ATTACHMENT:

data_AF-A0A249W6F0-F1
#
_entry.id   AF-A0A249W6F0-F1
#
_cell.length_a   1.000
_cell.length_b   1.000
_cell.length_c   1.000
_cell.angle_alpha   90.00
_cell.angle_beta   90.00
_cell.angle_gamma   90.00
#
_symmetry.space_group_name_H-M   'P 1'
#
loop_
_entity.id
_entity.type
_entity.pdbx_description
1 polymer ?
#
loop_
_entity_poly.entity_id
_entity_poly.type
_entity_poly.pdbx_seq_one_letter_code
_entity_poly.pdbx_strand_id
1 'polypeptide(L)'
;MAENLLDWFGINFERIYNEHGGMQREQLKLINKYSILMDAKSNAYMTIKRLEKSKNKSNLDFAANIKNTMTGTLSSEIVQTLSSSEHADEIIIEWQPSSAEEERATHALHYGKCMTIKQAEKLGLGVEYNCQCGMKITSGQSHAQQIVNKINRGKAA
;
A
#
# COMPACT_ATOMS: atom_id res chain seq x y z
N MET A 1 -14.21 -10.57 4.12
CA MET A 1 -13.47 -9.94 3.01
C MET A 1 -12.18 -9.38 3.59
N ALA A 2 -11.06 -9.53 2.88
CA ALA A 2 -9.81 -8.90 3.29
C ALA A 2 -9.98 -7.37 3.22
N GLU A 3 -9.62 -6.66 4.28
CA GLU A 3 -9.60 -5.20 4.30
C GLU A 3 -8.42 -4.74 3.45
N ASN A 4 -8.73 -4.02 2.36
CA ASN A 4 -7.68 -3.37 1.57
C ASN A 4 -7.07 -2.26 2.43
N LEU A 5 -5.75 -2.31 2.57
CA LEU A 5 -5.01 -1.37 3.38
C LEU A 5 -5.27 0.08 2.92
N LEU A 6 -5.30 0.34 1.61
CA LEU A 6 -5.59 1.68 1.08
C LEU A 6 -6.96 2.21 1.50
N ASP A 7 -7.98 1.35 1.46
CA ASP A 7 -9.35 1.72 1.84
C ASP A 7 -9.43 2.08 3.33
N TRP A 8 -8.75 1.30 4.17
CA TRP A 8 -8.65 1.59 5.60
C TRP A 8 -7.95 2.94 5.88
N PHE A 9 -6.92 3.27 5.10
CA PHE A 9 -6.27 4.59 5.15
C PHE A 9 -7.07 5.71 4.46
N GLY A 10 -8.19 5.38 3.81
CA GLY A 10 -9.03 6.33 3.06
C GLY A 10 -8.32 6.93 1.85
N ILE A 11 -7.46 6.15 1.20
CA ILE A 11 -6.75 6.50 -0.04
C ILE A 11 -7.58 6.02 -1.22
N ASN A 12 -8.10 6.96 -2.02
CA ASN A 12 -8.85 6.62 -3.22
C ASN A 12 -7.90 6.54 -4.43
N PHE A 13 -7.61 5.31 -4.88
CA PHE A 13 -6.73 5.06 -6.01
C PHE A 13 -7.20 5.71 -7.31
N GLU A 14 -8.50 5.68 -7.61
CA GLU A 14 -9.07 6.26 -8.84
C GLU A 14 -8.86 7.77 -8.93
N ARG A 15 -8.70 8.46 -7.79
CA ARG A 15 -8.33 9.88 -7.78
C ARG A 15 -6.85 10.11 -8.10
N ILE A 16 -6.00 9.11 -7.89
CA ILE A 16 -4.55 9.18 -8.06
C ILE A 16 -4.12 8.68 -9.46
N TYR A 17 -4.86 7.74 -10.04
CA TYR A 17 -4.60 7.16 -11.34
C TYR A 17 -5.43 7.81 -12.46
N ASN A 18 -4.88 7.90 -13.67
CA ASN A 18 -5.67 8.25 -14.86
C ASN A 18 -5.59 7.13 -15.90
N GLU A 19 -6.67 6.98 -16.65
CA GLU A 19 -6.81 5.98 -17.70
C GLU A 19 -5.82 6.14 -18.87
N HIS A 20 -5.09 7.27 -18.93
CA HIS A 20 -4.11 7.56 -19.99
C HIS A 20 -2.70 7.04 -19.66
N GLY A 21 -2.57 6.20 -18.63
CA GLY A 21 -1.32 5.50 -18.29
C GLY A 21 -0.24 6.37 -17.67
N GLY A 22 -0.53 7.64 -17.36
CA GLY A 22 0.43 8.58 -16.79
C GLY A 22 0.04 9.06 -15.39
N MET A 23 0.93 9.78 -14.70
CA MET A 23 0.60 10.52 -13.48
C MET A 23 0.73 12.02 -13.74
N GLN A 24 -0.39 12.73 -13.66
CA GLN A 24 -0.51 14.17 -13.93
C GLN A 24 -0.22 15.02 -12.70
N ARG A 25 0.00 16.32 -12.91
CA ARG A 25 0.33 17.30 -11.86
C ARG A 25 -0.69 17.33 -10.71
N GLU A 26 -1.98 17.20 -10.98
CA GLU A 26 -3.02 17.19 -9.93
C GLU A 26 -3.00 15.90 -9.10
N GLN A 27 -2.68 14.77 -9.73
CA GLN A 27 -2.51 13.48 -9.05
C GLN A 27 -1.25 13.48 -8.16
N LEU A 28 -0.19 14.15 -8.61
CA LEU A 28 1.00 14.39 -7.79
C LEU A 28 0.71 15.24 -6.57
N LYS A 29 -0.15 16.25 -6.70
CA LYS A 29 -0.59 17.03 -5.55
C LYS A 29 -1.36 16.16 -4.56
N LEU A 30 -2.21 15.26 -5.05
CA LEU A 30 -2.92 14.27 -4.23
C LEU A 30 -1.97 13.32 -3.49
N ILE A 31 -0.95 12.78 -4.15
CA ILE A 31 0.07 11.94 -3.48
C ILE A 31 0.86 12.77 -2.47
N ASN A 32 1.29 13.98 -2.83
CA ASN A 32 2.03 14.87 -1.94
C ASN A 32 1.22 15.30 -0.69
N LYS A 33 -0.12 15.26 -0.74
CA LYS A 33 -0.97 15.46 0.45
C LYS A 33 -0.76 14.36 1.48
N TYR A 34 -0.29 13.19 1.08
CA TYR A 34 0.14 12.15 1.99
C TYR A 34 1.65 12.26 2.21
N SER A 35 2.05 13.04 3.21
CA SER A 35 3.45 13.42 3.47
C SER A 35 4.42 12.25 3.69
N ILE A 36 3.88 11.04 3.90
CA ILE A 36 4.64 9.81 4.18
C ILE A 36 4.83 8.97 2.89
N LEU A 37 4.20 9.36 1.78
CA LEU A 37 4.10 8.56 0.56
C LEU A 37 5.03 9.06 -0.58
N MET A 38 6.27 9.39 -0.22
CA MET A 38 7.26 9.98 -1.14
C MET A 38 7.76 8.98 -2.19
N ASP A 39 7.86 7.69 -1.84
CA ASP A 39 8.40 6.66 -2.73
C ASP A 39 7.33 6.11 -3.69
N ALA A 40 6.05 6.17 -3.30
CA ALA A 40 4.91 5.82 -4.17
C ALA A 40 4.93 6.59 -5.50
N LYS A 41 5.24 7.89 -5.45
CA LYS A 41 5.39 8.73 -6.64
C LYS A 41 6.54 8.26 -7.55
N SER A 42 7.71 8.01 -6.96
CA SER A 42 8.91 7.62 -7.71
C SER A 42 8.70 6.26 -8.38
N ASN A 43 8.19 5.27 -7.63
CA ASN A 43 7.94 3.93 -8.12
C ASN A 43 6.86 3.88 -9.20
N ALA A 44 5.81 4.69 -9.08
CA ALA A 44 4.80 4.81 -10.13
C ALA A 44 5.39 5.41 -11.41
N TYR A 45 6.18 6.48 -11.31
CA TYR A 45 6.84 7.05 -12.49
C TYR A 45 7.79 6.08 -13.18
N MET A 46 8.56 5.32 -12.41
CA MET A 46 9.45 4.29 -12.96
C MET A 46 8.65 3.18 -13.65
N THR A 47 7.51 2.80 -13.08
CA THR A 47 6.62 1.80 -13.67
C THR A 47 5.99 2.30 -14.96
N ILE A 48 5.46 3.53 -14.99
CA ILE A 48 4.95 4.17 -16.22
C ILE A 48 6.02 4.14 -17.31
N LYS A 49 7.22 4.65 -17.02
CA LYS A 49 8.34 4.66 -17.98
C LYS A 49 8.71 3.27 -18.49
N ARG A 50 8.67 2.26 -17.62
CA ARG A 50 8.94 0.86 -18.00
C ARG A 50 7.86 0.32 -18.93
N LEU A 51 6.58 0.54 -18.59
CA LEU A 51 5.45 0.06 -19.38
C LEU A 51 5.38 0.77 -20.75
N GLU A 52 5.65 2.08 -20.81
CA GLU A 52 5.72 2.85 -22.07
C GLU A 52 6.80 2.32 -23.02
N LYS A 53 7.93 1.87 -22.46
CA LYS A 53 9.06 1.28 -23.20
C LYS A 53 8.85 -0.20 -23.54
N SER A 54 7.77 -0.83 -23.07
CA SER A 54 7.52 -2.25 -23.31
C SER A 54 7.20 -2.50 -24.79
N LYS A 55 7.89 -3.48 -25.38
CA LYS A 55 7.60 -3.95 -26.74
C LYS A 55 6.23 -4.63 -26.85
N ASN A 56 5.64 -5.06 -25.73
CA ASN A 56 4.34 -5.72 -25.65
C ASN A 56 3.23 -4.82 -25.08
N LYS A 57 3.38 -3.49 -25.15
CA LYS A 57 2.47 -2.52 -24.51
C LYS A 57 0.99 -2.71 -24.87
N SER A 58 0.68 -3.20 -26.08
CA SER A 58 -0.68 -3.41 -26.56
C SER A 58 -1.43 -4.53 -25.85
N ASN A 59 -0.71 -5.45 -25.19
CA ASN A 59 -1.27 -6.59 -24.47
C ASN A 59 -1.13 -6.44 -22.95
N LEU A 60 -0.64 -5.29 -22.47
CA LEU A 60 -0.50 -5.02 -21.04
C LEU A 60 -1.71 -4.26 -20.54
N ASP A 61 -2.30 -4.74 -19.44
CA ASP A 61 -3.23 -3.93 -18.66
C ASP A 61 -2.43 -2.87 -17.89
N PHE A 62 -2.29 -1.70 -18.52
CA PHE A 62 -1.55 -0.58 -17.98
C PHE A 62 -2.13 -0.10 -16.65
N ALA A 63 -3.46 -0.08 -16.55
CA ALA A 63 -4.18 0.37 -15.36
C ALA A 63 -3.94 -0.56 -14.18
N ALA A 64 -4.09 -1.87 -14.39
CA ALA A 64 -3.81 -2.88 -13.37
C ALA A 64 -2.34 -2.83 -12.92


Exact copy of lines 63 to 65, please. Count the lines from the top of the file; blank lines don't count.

C ILE A 11 -7.58 6.02 -1.22
N ASN A 12 -8.10 6.96 -2.02
CA ASN A 12 -8.85 6.62 -3.22